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Debate Over New York State Scaffold Law Reform

A reform to New York State’s Scaffold Law has been proposed which, if passed, would change the way liability in certain construction accident cases is determined. Currently, the property owner and general contractor of the construction site assume all of the liability if a worker is injured by a fall from scaffolding. This reform would introduce a comparative negligence standard, which means that the worker will bear some responsibility for their injury because of their own negligence. This is the way it is done in every other state, as well as in other parts of New York State law. Personal injury attorney James T. Scime spoke to the Buffalo Law Journal about the potential reform and what impact it would have on the construction industry. The full story is available on the Buffalo Law Journal website.

Purpose of the Scaffold Law

According to the Buffalo Law Journal, the Scaffold Law was passed as a response to an increase in deaths occurring when workers were working at height. By placing all of the liability on the property owner and general contractor, the Scaffold Law makes recovering damages easier for the injured workers. Mr. Scime, who worked in building trades throughout high school and college, told the Buffalo Law Journal that this law was critical in seeing that damages were paid by those who were really at fault. He maintains that job sites are safer now because of the Scaffold Law, particularly because OSHA fines do not seem to have an effect on how construction business is done. “The only economic incentive to general contractors and owners of construction sites seeing to it that they are hiring contractors and subcontractors who implement safety programs and safety devices,” Mr. Scime told the Buffalo Law Journal, “is that, if they don’t, there is responsibility and that responsibility is what they’re complaining about now because it can get expensive.”

Arguments for and against reform

Mr. Scime explained to the Buffalo Law Journal that the problem with comparative negligence is that the people who are in the best position to make sure construction sites are safe are the supervisors such as contractors and owners, not the workers. “On a fairness basis,” he said, “the ones who have real control of the safety of a jobsite are the contractors, and it’s not fair to put that on a worker who either has no choice or doesn’t have safety training like the contractor.” Mr. Scime explained that there is currently a defense that contractors and owners can use when faced with the Scaffold Law. If the injured worker refused to use the safety devices available to them, then property owners and contractors can avoid responsibility. Mr. Scime told the Buffalo Law Journal that this is rare, however, as workers will not usually refuse to use protocols and equipment that make them safer.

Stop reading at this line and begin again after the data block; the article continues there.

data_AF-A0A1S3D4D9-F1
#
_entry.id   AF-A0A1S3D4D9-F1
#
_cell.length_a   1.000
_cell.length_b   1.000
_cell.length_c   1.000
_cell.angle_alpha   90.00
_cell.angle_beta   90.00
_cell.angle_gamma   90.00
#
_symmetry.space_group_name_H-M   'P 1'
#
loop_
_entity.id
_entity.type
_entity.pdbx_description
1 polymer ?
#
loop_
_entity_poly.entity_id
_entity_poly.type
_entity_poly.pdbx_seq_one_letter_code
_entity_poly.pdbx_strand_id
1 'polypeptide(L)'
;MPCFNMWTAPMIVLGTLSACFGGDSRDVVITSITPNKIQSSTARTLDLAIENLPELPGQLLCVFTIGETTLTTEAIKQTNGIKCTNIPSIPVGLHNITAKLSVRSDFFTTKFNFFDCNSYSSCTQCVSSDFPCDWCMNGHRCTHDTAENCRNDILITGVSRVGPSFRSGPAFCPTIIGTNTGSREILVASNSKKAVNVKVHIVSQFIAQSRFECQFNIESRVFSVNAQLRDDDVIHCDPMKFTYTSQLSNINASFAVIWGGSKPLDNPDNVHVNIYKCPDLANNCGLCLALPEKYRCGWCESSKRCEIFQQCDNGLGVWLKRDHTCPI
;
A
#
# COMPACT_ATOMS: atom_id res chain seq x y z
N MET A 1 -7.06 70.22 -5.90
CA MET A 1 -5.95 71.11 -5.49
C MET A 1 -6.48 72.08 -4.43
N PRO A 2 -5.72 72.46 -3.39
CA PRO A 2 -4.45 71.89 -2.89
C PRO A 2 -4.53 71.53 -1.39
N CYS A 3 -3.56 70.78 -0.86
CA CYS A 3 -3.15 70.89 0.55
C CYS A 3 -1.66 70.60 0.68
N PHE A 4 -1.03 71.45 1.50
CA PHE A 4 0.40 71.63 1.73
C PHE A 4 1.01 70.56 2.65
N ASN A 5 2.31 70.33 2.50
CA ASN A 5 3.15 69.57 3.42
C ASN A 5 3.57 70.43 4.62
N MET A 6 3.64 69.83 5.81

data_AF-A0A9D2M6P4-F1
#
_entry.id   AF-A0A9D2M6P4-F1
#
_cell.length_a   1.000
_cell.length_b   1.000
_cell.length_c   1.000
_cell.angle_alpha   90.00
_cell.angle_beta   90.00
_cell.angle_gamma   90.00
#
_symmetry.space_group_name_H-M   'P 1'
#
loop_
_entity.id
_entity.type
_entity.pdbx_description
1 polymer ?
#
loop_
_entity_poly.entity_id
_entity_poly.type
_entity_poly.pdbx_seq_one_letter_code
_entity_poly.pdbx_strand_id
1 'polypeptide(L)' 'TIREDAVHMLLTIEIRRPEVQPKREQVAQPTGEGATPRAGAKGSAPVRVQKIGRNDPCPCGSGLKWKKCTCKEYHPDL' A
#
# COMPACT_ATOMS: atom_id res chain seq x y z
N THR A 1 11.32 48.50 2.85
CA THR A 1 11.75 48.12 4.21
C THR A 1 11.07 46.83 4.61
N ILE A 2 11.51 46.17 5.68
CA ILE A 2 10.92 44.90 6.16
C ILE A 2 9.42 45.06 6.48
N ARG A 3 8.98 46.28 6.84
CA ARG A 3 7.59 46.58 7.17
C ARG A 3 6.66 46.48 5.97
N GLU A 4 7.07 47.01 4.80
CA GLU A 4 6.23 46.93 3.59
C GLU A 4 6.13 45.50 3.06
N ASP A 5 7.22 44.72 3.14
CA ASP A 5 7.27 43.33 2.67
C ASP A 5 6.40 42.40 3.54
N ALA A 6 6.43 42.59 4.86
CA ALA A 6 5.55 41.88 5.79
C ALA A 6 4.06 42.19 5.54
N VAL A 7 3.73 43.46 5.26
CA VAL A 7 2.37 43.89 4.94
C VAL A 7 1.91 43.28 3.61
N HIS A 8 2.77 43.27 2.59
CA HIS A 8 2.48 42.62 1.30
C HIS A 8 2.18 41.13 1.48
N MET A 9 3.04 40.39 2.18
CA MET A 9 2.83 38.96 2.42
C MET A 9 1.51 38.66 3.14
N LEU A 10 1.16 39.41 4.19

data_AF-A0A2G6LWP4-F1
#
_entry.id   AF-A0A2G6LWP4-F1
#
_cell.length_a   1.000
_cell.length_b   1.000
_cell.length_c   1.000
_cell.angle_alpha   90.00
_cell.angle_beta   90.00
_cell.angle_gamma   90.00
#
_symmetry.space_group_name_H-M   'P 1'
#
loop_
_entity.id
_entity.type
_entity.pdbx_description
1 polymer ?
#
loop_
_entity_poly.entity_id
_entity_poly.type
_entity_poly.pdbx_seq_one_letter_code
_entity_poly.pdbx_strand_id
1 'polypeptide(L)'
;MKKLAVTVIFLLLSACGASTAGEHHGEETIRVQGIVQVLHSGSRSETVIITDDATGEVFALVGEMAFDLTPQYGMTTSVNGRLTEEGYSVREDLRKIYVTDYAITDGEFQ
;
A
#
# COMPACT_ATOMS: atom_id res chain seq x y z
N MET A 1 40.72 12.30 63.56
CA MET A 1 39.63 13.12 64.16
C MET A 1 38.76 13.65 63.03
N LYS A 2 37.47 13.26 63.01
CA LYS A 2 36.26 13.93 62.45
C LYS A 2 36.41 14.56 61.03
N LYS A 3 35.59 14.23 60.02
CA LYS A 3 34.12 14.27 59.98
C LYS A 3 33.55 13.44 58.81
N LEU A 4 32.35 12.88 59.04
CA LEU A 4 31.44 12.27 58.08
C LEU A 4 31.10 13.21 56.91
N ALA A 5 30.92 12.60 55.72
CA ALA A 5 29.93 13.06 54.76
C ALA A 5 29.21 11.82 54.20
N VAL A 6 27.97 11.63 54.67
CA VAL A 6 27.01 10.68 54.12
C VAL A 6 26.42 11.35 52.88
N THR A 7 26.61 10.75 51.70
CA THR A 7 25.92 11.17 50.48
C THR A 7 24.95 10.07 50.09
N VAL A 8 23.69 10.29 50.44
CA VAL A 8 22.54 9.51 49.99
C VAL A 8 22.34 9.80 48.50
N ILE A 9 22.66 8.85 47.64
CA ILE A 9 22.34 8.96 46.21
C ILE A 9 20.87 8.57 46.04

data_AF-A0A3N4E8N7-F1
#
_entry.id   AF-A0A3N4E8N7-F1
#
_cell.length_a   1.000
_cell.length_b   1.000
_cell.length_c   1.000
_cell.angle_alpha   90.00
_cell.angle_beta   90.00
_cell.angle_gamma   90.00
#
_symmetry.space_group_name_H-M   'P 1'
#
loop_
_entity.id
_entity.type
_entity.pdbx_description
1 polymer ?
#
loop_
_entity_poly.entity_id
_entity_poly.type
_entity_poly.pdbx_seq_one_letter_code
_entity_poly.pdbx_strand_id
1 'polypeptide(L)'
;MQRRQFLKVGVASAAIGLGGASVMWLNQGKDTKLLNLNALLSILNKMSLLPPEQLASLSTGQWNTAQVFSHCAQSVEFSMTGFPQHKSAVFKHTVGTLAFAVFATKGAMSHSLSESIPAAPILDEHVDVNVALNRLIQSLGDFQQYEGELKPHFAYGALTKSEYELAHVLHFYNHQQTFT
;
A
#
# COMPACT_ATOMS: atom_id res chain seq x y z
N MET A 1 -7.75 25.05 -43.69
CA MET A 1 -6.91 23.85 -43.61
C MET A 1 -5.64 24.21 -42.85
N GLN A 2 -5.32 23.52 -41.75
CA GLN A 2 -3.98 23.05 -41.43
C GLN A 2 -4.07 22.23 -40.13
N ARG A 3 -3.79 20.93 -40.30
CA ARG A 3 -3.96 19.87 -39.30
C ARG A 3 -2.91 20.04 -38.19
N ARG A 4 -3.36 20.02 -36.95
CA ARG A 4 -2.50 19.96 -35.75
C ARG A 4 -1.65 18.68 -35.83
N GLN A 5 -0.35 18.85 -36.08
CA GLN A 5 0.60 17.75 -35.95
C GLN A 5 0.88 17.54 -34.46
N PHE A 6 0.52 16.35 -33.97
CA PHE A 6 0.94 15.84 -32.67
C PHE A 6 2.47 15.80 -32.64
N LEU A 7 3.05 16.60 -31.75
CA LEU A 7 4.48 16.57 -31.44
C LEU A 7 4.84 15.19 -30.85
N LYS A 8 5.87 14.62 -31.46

The Buffalo Law Journal reports that those in support of the change say that the law is unfair as it is and that it negatively affects new businesses and affordable housing in New York State. They also say that most insurance companies will not write policies in New York and that the ones that do have extremely high premiums. Mr. Scime told the Buffalo Law Journal that these increased expenses are worth it to avoid “fly by night” contractors and that general contractors and property owners may even save money because their sites are safer under the Scaffold Law. He said, “If you own a piece of commercial real estate and are putting up an office building, you’re controlling the purse strings. What the Legislature did then is say that, since you’re controlling the purse strings, you hire safe contractors. And, if you don’t, you won’t be able to hide behind saying, ‘I hired a contractor and don’t have anything to do with the way they worked.’”

Success of reform

Mr. Scime told the Law Journal that the success of the reform depends largely on how willing state representatives are to listen to the business lobby. He remains cautiously optimistic, however, that legislators will view the Scaffold Law as a boon for citizens and businesses because fewer injuries are less expensive for all parties. “We, as citizens and representatives of working people, have to continue to be vigilant so that anti-social legislation like this doesn’t get pushed through,” he said.

About James T. Scime

Mr. Scime, a senior partner in Lipsitz Green Scime Cambria’s Accidents and Personal Injury Practice Area, is widely recognized as one of Western New York’s most skilled and respected attorneys. In fact, many local attorneys refer matters to him when their clients have sustained serious injuries. Over the course of his career, Mr. Scime has helped thousands of people recover financial awards for injuries they have sustained.

 

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